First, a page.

Varney was replaced towards the end of their last match against Cardiff by veteran striker Kanu whose header with ten minutes left was enough to earn his side a point. Hard to believe that he's been at Fratton Park for something like five years now having escaped Arsenal for West Brom as long ago as 2004. He was far from a regular last season and reports suggest that the last deal he signed was more with an eye to the player taking a more active role on the coaching side of things.

Another option up front is former Blackburn striker Benjani. The Zimbabwean arrived on a free last month which kick-started his second spell with the club having been at Man City, Sunderland and Blackburn in the three years since his departure. It may be my imagination or just my failing memory but it always seemed to me that we were linked with the player at every transfer window. His original arrival at Fratton Park from French outfit Auxerre was one of those transfers about which the infamous Stevens report expressed serious concerns. There were probably complex reasons for these concerns but frankly as soon as I noted the names Willy McKay and Harry Redknapp on my copy of the report I decided to wait until it came out on DVD. Eventually Pompey were fined £15,000 over irregularities relating to both the player’s initial arrival and his subsequent departure to Man City.

As for us, well the international break seems to have left us pretty unscathed. Collison came off early in the England v Wales snoozeathon having had a viral infection earlier in the week. Rob Green’s finger injury that kept him off the bench at Wembley should have healed enough for him to be available. Since I last etched tablets of stone, Parker has gone of course, and it’ll be interesting to see if he can become the first player to win consecutive Footballer Of The Year Awards from relegation battles.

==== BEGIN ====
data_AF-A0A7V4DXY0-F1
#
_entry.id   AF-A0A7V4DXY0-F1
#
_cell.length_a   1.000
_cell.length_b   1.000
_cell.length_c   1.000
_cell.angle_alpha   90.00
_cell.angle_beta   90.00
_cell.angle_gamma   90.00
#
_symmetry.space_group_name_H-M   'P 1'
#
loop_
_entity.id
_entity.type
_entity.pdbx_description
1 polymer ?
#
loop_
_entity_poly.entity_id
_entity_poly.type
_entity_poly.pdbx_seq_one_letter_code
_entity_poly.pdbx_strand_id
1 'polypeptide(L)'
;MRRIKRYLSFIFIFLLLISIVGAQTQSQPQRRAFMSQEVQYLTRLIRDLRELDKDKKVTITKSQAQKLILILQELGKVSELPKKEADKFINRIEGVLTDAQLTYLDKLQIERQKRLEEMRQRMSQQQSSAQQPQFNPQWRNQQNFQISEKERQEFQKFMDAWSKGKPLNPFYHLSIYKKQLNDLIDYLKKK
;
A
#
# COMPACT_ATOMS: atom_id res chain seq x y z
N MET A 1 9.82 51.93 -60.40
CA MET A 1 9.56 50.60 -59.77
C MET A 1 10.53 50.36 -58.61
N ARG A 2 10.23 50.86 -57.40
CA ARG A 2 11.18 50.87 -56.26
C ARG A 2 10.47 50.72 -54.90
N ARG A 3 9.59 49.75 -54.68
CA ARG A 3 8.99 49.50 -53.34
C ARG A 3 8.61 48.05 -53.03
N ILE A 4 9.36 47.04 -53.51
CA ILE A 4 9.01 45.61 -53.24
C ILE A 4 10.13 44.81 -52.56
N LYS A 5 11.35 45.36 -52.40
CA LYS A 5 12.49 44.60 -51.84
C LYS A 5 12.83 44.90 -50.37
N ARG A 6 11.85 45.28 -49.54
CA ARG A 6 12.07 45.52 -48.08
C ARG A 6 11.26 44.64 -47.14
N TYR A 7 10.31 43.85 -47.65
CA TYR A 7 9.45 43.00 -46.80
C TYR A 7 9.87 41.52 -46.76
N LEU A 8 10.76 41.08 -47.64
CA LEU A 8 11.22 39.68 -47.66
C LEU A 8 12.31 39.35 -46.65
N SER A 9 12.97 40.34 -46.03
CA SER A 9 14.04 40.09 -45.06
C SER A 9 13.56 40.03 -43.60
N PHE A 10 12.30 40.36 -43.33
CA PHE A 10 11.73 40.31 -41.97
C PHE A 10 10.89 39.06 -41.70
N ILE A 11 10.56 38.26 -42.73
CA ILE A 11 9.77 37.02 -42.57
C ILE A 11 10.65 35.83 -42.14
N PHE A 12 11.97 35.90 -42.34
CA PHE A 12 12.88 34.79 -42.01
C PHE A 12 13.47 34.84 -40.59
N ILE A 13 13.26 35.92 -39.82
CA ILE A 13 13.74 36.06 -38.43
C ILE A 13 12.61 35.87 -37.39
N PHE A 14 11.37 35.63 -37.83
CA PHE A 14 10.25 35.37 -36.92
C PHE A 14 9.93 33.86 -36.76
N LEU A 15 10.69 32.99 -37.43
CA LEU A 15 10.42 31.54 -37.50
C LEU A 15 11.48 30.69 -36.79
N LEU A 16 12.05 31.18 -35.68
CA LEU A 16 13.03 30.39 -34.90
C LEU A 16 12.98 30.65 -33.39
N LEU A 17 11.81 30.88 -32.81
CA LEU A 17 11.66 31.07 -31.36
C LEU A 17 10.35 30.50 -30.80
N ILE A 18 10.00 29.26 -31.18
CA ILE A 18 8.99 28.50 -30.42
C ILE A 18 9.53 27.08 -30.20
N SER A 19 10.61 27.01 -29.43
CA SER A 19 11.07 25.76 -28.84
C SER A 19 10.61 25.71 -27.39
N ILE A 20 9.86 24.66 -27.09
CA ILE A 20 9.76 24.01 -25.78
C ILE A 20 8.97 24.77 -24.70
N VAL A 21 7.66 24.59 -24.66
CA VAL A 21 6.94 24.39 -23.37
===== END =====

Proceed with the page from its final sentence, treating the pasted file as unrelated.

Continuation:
Coming in before the window finally closed, we welcome Guy Demel, Henri Lansbury, David Bentley, Sam Baldock, Brian Montenegro and Papa Bouba Diop. Demel, a permanent signing, can play at right back or right midfield and had a “blink and you’ll have missed it” spell at Arsenal ten years ago which came to an abrupt end when he announced that he was so homesick for France he would be heading back to, er Germany.

Lansbury – henceforth to be known in these parts as Angela because it’s a) obvious, and b) slightly less girly than spelling Henry that way – has had an impressive week with the England U21s picking up a couple in the 6-0 demolition of Azerbaijan and another on the subsequent 4-1 defeat of Israel. He’s in on a season long loan.

Bentley has also come in for the season. Many moons ago he seemed to had a bright future ahead of him but blotted his copybook by pulling out of an England U21 tour citing fatigue. Since then he has featured only infrequently at international and things went from bad to worse for the player when he was, tragically, transferred from Blackburn to Spurs. He’ll be hoping to revive his career at the Boleyn.

Sam Baldock’s transfer was in the process of going through when I last wrote. At 5’7” tall he is the sort of small, nippy striker that we at the Avram Grant Home for the Bewildered have been crying out for since Bellamy went. Whether or not he has the talent to step up a level remains to be seen – though a goal against Norwich in the League Cup suggests that the potential is there. However, the fact that we’ve signed a striker who isn’t a twelve foot tall target man is, in itself, refreshing.

Montenegro, a 18 year old Paraguayan is also in on loan and is described as the sort of player who likes to run at defenders. What none of the biographies that my – admittedly limited – research has been able to explain is quite how he came across the first name “Brian” so, in the style of all those Bob Holness/Baker Street saxophone rumours, I shall insist that it’s because his parents were Hammers fans in the 1960’s who never forgot the five goals in 20 minutes that Brian Dear scored against West Brom.